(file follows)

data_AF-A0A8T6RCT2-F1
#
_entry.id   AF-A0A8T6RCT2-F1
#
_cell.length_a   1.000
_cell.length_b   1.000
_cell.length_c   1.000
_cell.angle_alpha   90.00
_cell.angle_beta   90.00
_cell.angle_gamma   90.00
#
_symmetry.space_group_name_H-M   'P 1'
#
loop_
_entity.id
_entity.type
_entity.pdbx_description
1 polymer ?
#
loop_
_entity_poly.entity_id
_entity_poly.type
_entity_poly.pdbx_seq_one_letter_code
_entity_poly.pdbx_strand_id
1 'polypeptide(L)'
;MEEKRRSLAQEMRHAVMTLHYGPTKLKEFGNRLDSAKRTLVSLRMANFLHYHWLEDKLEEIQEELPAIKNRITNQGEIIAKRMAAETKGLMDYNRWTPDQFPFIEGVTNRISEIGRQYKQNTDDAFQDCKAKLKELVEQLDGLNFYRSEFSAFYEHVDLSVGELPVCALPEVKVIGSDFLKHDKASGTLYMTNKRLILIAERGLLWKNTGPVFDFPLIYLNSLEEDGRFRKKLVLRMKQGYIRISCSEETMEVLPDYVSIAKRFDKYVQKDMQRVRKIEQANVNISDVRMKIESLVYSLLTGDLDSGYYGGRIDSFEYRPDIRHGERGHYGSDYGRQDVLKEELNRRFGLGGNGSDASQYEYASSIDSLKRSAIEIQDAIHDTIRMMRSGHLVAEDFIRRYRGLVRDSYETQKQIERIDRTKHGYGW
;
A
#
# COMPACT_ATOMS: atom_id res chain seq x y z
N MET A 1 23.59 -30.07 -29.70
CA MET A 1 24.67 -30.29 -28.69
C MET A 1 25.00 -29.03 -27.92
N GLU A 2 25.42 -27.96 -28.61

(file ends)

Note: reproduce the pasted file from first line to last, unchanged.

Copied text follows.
data_AF-A0A8T6RCT2-F1
#
_entry.id   AF-A0A8T6RCT2-F1
#
_cell.length_a   1.000
_cell.length_b   1.000
_cell.length_c   1.000
_cell.angle_alpha   90.00
_cell.angle_beta   90.00
_cell.angle_gamma   90.00
#
_symmetry.space_group_name_H-M   'P 1'
#
loop_
_entity.id
_entity.type
_entity.pdbx_description
1 polymer ?
#
loop_
_entity_poly.entity_id
_entity_poly.type
_entity_poly.pdbx_seq_one_letter_code
_entity_poly.pdbx_strand_id
1 'polypeptide(L)'
;MEEKRRSLAQEMRHAVMTLHYGPTKLKEFGNRLDSAKRTLVSLRMANFLHYHWLEDKLEEIQEELPAIKNRITNQGEIIAKRMAAETKGLMDYNRWTPDQFPFIEGVTNRISEIGRQYKQNTDDAFQDCKAKLKELVEQLDGLNFYRSEFSAFYEHVDLSVGELPVCALPEVKVIGSDFLKHDKASGTLYMTNKRLILIAERGLLWKNTGPVFDFPLIYLNSLEEDGRFRKKLVLRMKQGYIRISCSEETMEVLPDYVSIAKRFDKYVQKDMQRVRKIEQANVNISDVRMKIESLVYSLLTGDLDSGYYGGRIDSFEYRPDIRHGERGHYGSDYGRQDVLKEELNRRFGLGGNGSDASQYEYASSIDSLKRSAIEIQDAIHDTIRMMRSGHLVAEDFIRRYRGLVRDSYETQKQIERIDRTKHGYGW
;
A
#
# COMPACT_ATOMS: atom_id res chain seq x y z
N MET A 1 23.59 -30.07 -29.70
CA MET A 1 24.67 -30.29 -28.69
C MET A 1 25.00 -29.03 -27.92
N GLU A 2 25.42 -27.96 -28.61